Greetings from beautiful Cameroon! There is so much that goes through my mind to share, but I think I’ll give you a description of our weekly routine as it exists now.
Daily, Dasen goes into rounds with residents and surgery around 6:45 AM. I wake up slowly as he goes and then ,if all goes well, I sit out on the patio for some great bonding time with God in His Word with prayer and journaling, while viewing the beautiful terrain and eating some granola with yogurt (those are my ideal mornings and my favorite part of being here.) The kids wake around 7 to 7:30 and play, eat, and get dressed with my interaction until we start home school around 9 AM. We have a cook who makes our lunch, Janet, and a Cameroonian man, Ben, who washes our laundry by hand. Both come around 8:30 AM, so that time gets a little hectic with greetings, instructions, etc. (Janet brings her 3 mo old baby girl, Shammah, who we all hold and love on throughout the day. Her 3 other young children also come later in the day around noon or 1pm. Ben just had his 3rd child born last week and we visited their family in the health center in the neighboring town to greet and hold the baby when she was just 5 hours old.) We do home school from 9 to noon, then take a break for lunch and play. Then we re-start at 1 pm until about 2:30 or 3 pm. Home school in general is going very well, although we all have our moments. I love having a room just for home school!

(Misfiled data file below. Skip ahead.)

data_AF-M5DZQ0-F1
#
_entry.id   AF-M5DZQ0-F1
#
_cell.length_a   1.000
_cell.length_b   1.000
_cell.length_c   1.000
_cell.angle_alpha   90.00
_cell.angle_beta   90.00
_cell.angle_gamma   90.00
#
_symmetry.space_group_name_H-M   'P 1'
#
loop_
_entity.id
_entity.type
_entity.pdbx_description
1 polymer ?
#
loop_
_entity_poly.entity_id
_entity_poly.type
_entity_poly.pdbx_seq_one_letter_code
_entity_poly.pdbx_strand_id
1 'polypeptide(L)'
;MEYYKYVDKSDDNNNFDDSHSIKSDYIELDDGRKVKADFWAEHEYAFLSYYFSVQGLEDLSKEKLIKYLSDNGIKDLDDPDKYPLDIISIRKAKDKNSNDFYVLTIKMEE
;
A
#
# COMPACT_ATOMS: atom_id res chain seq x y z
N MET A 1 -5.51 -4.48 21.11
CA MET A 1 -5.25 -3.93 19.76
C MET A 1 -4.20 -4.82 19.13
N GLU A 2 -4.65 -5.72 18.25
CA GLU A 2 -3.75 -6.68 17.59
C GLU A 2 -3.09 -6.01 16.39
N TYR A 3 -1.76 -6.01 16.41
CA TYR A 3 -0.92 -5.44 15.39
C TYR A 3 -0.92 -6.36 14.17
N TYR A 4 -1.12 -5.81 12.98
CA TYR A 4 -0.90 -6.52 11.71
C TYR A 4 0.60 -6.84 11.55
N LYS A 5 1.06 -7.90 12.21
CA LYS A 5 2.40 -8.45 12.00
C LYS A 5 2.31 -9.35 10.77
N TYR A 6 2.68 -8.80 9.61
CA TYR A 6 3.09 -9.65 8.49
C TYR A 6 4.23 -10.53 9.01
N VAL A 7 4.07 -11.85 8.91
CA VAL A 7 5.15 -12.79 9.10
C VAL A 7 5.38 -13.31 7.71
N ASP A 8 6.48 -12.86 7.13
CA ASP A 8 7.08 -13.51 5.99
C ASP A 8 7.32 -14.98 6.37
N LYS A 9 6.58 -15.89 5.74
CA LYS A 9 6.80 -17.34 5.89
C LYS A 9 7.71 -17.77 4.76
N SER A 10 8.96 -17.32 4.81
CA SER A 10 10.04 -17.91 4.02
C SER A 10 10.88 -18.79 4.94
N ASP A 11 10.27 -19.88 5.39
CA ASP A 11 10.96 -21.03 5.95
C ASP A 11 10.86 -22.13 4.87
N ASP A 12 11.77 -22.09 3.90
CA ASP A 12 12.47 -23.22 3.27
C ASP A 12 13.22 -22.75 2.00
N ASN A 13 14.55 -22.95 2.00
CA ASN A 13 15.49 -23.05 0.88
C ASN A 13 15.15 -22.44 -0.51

Dasen usually works through lunch and comes home around 5 or so- very unpredictable. A day or 2 a week he might stop in for a quick visit between cases, and do some work with emails or help Elle with reading, which she is loving. We also have many unpredictable visitors coming in and out. Last Tuesday I had 18 visitors in 1 day, which is a bit more than usual, but never-the-less we find many missionaries who come to the hospital stop by to share a meal and say hello. We’ve gotten to know quite a few missionaries through the home school conference, and by word of mouth. We also have had local missionaries here in Mbingo to our house on a weekly basis. There are a lot of short-termers coming through, and several other couples who live here. Most weeks we’ve hosted a party on a weekend night of 10 to 16 people or so. Last week we had a Wii tournament then a prayer time. Play and Pray , or Prayer and Pizza, or Prayer and Potato Soup have been our themes. We have found one of our “secret missions” here to be offering hospitality and striving to create unity and joy among those here working.
So day by day in the afternoons and evenings we have scheduled happenings:
Mondays- 3:30 I have a prayer/discipleship group with the wives of the residents here at the house.
Tuesdays- 3:30 The girls play the violin in the children’s ward at the hospital, while my mom greets the kids, and then we close in group prayer time with the children and their families. 6 or 6:30 PM Dasen hosts the residents here for a discipleship/Bible Study time.